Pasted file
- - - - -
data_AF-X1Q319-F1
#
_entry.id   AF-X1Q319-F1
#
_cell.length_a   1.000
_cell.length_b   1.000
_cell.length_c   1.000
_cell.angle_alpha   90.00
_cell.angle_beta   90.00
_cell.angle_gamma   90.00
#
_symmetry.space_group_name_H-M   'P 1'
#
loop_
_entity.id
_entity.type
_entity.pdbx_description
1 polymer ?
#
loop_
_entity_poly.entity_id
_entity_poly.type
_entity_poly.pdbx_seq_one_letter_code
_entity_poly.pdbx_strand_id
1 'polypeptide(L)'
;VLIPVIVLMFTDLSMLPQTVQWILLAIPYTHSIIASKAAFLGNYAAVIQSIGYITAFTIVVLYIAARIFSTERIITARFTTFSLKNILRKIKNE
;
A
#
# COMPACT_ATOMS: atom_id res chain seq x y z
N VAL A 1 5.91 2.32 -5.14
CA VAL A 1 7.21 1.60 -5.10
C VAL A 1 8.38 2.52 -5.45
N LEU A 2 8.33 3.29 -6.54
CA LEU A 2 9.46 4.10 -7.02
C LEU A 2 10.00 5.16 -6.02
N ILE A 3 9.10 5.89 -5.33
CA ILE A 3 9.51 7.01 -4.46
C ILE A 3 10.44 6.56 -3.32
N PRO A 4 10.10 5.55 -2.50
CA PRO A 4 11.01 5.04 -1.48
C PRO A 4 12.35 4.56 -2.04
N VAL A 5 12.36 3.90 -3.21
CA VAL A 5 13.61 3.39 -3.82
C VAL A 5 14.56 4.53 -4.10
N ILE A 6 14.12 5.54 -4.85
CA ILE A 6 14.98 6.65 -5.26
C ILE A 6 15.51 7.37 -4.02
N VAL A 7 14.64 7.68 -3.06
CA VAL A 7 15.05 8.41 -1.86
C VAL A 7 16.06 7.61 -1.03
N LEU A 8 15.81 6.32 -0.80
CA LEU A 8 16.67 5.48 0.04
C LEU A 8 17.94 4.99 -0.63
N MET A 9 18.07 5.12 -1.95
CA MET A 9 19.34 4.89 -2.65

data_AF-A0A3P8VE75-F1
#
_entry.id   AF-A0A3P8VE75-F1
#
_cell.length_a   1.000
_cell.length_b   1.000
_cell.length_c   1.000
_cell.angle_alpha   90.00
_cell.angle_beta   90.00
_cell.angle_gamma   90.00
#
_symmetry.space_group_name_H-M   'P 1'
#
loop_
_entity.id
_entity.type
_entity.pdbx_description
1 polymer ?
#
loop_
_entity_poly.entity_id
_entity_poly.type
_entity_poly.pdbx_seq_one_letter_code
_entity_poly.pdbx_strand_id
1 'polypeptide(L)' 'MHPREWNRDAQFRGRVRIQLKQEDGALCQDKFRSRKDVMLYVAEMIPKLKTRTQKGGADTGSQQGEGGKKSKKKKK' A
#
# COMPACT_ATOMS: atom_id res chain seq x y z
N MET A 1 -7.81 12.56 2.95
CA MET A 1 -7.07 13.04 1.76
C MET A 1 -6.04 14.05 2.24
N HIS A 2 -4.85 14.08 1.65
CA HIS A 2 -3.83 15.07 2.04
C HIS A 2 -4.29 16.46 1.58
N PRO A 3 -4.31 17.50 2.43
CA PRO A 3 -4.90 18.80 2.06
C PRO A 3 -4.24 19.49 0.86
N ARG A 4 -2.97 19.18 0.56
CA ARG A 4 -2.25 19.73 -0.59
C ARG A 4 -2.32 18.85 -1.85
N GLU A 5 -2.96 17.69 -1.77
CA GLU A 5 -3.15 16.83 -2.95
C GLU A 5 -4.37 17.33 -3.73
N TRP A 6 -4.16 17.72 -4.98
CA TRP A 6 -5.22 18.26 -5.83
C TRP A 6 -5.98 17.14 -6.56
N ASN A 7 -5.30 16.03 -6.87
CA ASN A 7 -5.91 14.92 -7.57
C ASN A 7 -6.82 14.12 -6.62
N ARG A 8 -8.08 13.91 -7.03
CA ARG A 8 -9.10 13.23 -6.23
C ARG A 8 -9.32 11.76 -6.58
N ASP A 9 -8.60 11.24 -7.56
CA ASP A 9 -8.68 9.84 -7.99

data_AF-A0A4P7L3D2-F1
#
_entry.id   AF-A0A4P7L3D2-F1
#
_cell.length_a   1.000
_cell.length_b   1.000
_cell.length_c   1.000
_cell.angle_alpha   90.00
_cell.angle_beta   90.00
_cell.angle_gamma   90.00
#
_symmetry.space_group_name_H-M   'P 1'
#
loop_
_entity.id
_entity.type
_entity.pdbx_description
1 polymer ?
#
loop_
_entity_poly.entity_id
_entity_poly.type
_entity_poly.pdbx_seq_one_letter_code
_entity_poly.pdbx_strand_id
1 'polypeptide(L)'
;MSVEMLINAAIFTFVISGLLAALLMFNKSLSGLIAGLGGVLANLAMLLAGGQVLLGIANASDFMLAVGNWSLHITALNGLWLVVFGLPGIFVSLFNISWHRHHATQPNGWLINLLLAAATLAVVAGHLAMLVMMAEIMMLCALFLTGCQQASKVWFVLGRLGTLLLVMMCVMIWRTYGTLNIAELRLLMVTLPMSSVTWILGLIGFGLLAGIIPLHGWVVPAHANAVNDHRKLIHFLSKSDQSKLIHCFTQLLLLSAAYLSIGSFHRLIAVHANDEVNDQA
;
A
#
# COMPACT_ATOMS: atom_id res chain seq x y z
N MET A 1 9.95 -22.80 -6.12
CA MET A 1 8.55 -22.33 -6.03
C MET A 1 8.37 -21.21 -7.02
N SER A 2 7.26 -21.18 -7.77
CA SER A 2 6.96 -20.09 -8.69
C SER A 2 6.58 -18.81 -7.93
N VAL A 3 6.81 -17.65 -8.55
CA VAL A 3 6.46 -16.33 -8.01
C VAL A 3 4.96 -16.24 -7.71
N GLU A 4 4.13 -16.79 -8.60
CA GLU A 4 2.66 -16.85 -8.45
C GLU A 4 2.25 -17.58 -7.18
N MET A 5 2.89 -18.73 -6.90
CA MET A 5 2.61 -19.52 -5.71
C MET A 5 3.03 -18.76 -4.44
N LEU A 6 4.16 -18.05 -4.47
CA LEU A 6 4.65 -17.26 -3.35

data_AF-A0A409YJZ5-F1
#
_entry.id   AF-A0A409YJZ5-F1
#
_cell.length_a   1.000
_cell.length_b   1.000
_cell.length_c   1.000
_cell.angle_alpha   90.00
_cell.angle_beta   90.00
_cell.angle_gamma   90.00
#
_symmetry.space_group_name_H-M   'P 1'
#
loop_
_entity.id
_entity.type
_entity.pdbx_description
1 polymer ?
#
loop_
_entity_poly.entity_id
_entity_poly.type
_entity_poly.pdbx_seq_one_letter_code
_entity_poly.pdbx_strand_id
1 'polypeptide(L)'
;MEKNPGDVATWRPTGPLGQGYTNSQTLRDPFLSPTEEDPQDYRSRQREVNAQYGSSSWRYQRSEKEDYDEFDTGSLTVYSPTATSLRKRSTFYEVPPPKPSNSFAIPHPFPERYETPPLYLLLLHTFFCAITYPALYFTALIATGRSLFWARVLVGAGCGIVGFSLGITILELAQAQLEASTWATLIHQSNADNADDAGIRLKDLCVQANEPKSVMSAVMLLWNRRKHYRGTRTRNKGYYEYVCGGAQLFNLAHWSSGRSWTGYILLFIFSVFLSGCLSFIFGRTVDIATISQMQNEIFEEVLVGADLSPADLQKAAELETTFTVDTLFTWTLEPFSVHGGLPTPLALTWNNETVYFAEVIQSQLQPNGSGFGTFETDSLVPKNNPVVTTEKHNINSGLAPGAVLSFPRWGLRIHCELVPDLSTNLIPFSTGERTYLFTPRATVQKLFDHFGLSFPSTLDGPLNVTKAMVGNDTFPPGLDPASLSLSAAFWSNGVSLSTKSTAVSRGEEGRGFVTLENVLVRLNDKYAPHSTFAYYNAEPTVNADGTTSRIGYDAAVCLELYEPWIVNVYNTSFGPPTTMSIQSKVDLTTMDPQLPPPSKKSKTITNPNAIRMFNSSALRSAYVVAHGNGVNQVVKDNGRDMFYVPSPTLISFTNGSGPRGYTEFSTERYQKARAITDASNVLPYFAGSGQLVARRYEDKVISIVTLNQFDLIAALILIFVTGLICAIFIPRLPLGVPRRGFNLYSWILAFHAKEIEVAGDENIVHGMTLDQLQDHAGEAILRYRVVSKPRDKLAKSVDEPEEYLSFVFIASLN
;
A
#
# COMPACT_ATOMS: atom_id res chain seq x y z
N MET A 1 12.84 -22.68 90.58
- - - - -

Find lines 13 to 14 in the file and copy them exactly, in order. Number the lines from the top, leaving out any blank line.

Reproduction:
#
loop_